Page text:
motorcycle parts accessories
and more

...for everyone who loves to ride...

Motorcycle battery tips...

When some people hear the term "maintenance-free battery" they seem to think they can buy a motorcycle battery, put it in the bike, and allow it to slip from their conciousness! But any motorcycle battery, even the so called "maintenance free", needs a little care from time to time.

Some motorcycle batteries come dry from the manufacturer and need to be filled with acid and put on a charger for a few hours before they can be used. But the best maintenance-free batteries are filled and charged at the factory before they're shipped. If possible check the manufacturer to find one that charges and discharges the battery, to fully saturate the glass mat with battery acid. These motorcycle batteries will hold a charge longer throughout their lifetime.

Yuasa Motorcycle Battery

Once they're in the bike, there are still some things you need to watch out for. All motorcycle batteries self-discharge when they're not being used. Its hardly noticeable it if you ride regularly, but if you ride less during the winter, or park your bike until the good weather returns, the chances are your battery will lose enough of its charge to make starting become a little hit and miss. You can keep the charge up in the battery by using a battery charger if you're not going to ride for a few weeks or more. Well known battery chargers are the chargers from Battery Tender and Yuasa.

Once the charging situation is taken care of, there are only a few things left to check to make sure a maintenance-free motorcycle battery lasts as long as it was designed to:

1) Keep the the battery clean and free of dirt. Any foreign matter can be kicked up into the battery area on some models and coat the battery case, terminals, and terminal hardware. Any excessive moisture can cause corrosion of the terminal nuts and bolts, and even the battery cables themselves.

Yuasa 12 volt motorcycle battery charger

2) Regularly check the battery cables, the battery clamp or strap, and the battery case for damage. If the hold-down strap breaks, or the bolt holding the battery clamp comes loose, the battery might be able to shake about enough to damage it over a period of time. Vibration can loosen the terminal bolts, too, and even rub holes in the cable insulation. A short will at the very minimum blow a fuse-the worst case scenario is, it could start a fire.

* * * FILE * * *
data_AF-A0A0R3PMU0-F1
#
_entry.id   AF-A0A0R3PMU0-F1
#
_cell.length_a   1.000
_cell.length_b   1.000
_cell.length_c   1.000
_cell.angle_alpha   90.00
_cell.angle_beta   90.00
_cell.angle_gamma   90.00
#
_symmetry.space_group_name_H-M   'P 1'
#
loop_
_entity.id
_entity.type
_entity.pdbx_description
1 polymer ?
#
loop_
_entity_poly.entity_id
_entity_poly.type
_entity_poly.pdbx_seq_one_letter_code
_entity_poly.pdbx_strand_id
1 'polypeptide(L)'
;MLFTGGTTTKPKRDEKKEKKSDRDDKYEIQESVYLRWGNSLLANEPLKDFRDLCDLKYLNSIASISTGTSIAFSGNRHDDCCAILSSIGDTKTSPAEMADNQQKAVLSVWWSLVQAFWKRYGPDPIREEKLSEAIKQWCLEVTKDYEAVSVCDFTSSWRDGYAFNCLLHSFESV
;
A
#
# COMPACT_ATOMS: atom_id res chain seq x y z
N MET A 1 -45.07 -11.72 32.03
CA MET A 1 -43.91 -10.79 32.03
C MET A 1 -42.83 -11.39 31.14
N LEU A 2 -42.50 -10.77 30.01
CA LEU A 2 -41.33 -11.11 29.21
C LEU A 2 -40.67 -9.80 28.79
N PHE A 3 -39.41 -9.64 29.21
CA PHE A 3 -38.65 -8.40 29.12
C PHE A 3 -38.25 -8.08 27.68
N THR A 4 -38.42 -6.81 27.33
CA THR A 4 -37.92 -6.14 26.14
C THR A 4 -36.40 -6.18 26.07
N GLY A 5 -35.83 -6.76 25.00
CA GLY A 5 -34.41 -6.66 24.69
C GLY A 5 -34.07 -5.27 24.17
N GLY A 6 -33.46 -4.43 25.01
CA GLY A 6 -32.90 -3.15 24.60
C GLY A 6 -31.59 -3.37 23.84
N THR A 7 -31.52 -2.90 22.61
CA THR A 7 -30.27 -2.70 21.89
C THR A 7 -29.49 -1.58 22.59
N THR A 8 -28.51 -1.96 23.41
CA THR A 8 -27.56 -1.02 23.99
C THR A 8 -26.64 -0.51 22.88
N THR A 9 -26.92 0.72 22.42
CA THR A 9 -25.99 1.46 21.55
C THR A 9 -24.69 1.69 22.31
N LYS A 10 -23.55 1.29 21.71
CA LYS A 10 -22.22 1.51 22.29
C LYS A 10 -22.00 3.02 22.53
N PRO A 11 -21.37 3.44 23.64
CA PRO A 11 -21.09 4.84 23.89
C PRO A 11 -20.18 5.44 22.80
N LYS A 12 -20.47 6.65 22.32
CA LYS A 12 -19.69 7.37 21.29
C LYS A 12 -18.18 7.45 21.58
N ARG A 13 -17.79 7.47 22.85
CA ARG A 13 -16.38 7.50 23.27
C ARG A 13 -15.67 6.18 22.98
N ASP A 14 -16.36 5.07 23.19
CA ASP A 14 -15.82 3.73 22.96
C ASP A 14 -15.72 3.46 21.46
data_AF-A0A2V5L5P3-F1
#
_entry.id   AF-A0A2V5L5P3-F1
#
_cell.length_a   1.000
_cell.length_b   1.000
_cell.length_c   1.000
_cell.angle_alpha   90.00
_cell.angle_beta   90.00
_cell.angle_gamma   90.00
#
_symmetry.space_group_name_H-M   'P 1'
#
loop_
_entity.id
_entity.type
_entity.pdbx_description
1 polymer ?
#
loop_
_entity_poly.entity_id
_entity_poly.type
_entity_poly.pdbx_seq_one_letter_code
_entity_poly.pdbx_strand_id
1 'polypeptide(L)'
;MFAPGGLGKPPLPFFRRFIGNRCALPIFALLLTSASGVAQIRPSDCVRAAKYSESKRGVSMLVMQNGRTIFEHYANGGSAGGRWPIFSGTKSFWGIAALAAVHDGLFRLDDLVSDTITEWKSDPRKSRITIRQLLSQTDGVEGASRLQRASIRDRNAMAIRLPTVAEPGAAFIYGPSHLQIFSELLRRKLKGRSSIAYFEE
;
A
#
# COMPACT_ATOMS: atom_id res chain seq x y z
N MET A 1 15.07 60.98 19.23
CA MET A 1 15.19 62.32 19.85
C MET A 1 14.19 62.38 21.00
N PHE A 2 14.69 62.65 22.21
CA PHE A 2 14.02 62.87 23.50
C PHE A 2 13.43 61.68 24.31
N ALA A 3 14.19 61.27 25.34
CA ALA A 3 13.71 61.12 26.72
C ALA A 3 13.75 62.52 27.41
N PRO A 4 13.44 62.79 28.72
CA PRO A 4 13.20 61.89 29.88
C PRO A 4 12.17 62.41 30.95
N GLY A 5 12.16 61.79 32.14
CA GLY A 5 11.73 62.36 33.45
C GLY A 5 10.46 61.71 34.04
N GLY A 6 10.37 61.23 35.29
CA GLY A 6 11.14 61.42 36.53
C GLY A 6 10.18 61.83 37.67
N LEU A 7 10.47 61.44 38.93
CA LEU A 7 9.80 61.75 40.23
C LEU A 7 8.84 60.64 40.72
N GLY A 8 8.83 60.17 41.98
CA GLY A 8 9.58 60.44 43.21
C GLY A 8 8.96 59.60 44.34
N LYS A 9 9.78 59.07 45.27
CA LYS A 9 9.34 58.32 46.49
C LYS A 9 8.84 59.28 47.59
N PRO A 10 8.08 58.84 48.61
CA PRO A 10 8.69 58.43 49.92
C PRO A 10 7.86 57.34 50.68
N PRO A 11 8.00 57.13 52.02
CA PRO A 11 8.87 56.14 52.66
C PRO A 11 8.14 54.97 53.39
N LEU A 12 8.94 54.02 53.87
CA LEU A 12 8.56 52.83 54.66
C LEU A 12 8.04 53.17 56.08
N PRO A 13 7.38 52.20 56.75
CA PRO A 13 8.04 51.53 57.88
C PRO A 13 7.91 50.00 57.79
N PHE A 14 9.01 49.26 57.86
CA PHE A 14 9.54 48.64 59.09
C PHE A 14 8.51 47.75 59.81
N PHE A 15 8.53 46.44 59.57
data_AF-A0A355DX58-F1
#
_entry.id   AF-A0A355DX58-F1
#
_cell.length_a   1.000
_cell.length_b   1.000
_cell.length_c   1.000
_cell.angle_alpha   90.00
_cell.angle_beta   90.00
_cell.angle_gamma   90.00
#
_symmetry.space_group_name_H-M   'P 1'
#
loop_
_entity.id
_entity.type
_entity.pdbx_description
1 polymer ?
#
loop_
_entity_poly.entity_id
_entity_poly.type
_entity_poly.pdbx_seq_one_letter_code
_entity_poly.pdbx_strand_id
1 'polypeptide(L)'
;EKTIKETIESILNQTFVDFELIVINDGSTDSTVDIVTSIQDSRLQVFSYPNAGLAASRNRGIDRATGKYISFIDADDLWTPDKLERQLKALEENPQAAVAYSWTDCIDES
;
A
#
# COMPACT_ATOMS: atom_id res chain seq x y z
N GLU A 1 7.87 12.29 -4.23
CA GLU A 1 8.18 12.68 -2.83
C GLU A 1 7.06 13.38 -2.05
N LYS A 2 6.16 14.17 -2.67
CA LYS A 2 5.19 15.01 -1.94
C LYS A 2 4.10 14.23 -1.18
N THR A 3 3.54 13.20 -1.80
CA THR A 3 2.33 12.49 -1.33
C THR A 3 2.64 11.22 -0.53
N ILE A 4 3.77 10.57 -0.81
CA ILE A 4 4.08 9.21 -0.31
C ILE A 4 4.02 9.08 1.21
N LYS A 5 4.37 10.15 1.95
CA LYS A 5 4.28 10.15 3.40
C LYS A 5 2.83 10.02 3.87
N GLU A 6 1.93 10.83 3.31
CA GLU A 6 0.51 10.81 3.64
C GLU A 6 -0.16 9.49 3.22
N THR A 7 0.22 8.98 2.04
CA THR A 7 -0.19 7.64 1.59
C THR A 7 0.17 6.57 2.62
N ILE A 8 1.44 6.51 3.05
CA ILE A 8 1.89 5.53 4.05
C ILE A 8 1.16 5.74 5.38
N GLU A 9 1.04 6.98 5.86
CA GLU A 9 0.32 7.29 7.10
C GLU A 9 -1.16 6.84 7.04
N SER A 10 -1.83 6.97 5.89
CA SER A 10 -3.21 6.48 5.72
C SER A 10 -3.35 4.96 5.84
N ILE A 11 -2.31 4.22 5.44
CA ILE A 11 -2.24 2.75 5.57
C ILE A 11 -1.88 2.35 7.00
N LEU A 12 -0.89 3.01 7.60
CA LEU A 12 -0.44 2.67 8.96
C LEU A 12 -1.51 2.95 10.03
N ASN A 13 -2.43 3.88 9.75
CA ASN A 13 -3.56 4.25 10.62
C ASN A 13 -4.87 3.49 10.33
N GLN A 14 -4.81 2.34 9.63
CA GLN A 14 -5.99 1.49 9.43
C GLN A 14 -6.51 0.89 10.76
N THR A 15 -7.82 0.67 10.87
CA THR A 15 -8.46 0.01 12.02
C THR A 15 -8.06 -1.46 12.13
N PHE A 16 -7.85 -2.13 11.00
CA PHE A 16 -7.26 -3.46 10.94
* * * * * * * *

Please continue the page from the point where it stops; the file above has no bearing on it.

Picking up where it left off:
3) Clean the terminals and battery posts regularly. It should go without saying that a good connection between the two is important if the battery is to deliver maximum starting voltage. Hard starting can in some cases be caused by dirty or corroded connectors.

Yuasa large motorcycle battery charger

4) If you're going to store your motorcycle battery for an lay up period, either disconnect the cables or take the battery out of the bike. To make sure it will be ready to go when you are, hook it up to a battery charger and look in on it every so often.

5) The idea that starting your bike a few times a month and letting it idle will charge up the battery is a popular misconception. Most times the charge you use to start your motorcycle won't be replaced by the bike's charging system. If you can't take it for at least a half-hour ride, get the battery back on a charger as soon as you're done running the engine. (there that's another excuse to get out on your motorcycle, if you need one!)

That's about all it takes to make sure a maintenance-free motorcycle battery is as trouble free as possible.

Return from Motorcycle battery tips... to the Motorcycle Parts home page

Web this site

Choppers Apparel

More motorcycle info
...coming soon...

Recent Entries
Motorcycle parts categories
motorcycle parts articles

What readers are saying

Great website! (Nathan, UK)
Hi, your articles on motorcycle kits are very interesting.Good site! (Patrick, Canada)
...keep up the great work. (Carl, Texas)

Main Articles

Subscribe !
Choose your reader